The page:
Memorial Day

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It's almost Memorial Day, and time to remember the men and women of the military that died serving their country. Memorial Day was originally called Decoration Day because of the decorating of graves that took place on this day after the Civil War. The Flag will be flown at half staff until noon and there is a "National Moment of Remembrance" at 3pm. If you wish to acknowledge this moment it is asked that activities are paused to remember the day in silence or listening to "Taps". If you are interested in reading more about Memorial Day the library has the book Memorial Day : (decoration day) : its celebration, spirit, and significance as related in prose and verse, with a non-sectional anthology of the civil war and Memorial Day.

Mr. Otis Don't Let Us Down!

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Elisha Otis invented the safety elevator in 1852, a steam-powered behemoth I thought of last week while experiencing a bit of a scary ride going to the fourth floor here at the downtown library.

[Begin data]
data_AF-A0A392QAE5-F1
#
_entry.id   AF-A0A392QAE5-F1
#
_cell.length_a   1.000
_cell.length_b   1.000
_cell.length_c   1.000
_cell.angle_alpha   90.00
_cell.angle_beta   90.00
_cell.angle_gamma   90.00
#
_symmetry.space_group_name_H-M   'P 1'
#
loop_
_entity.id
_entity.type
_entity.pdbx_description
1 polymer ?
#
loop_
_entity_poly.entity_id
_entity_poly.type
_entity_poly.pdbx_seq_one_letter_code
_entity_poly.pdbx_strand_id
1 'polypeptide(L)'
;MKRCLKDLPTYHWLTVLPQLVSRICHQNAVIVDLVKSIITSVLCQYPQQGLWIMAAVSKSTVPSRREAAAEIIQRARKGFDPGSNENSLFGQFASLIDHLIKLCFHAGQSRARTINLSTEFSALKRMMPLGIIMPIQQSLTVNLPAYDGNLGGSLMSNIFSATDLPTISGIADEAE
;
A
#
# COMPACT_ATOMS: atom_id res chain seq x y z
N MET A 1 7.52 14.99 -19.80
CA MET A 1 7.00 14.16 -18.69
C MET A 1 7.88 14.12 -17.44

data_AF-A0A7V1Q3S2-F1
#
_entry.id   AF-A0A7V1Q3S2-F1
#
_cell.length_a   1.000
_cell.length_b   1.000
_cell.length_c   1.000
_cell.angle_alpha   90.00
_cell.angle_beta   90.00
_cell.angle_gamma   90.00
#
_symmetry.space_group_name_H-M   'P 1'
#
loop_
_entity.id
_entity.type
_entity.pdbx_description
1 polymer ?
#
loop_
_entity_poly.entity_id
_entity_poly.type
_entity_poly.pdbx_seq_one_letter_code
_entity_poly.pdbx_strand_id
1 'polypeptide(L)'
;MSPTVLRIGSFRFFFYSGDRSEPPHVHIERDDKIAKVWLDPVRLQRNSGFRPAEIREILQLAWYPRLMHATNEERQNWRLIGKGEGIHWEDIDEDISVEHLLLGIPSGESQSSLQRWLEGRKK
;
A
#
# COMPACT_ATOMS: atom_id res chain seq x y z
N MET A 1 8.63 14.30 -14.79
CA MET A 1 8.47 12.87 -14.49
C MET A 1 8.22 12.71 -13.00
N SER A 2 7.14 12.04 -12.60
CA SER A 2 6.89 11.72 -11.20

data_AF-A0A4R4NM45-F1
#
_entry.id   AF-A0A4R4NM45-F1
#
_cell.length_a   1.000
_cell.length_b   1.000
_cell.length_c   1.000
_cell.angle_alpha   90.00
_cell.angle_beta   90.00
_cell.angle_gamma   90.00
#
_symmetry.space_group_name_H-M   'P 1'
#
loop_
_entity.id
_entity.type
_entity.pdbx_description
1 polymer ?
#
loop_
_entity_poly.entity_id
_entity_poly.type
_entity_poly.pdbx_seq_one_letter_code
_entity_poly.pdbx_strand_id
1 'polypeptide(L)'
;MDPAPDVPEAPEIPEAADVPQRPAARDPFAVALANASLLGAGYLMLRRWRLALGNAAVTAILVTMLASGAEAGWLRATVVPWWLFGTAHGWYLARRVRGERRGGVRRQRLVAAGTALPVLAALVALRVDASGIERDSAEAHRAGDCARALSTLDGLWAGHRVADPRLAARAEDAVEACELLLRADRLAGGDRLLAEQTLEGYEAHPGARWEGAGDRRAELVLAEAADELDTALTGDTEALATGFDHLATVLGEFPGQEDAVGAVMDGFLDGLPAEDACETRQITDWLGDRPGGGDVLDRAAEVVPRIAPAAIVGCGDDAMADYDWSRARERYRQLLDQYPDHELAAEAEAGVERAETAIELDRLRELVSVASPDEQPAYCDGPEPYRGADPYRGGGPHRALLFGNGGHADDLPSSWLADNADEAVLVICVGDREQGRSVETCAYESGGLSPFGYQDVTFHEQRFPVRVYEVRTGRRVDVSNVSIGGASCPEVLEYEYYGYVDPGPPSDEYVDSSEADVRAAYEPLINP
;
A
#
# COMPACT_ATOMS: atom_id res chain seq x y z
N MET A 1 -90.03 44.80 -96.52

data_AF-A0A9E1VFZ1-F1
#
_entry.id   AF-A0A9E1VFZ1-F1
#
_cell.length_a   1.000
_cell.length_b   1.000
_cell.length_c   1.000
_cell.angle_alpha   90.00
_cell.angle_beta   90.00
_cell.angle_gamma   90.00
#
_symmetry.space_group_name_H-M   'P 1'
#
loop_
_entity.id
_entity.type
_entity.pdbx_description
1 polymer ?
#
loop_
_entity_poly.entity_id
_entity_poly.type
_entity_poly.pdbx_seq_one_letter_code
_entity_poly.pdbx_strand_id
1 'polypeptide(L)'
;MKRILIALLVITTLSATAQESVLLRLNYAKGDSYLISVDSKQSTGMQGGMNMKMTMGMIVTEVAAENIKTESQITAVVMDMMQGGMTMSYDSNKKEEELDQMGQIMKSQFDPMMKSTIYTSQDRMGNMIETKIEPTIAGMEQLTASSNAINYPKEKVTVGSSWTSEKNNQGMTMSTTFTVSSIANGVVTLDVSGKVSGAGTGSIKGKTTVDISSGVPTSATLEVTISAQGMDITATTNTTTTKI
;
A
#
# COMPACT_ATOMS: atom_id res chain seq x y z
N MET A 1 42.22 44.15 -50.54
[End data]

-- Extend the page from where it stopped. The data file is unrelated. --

Read about him and other American inventors in They Made America: From the Steam Engine to the Search Engine.

Mr. Otis invented the escalator too and built a huge company that installed elevators in the Eiffel Tower, the London Underground, the Kremlin, Balmoral Castle, the Washington Monument, the Flatiron Building, the Empire State Building, highly specialized installations for NASA and the Statute of Liberty.

160 acres for free

No, not today, unfortunately. Would that it were so! On May 20, 1862, Abraham Lincoln signed The Homestead Act. If settlers paid $10 and agreed to live on a piece of land for five years, they were given 160 acres for free. By 1900, homesteaders had claimed 80 million acres. The parents of novelist Willa Cather and children's book author Laura Ingalls Wilder both took advantage of the offer, moving to Nebraska and North Dakota. To find out more about how the act affected the settlement of the West, check out some of the Library's books on westward expansion as well as Cather's luminous descriptions of the Old West and Wilder's portraits of a loving family.

Calling All World War II Military Personnel

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On Wednesday, May 27th a very special event is planned for all World War II military personnel at the Yankee Air Museum at the Willow Run Airport in Belleville, Mi. Map

All Michigan's "Greatest Generation" World War II veterans are invited for a historic group photo on the tarmac of the Yankee Air Museum with the B-17 bomber 'Yankee Lady" as the backdrop.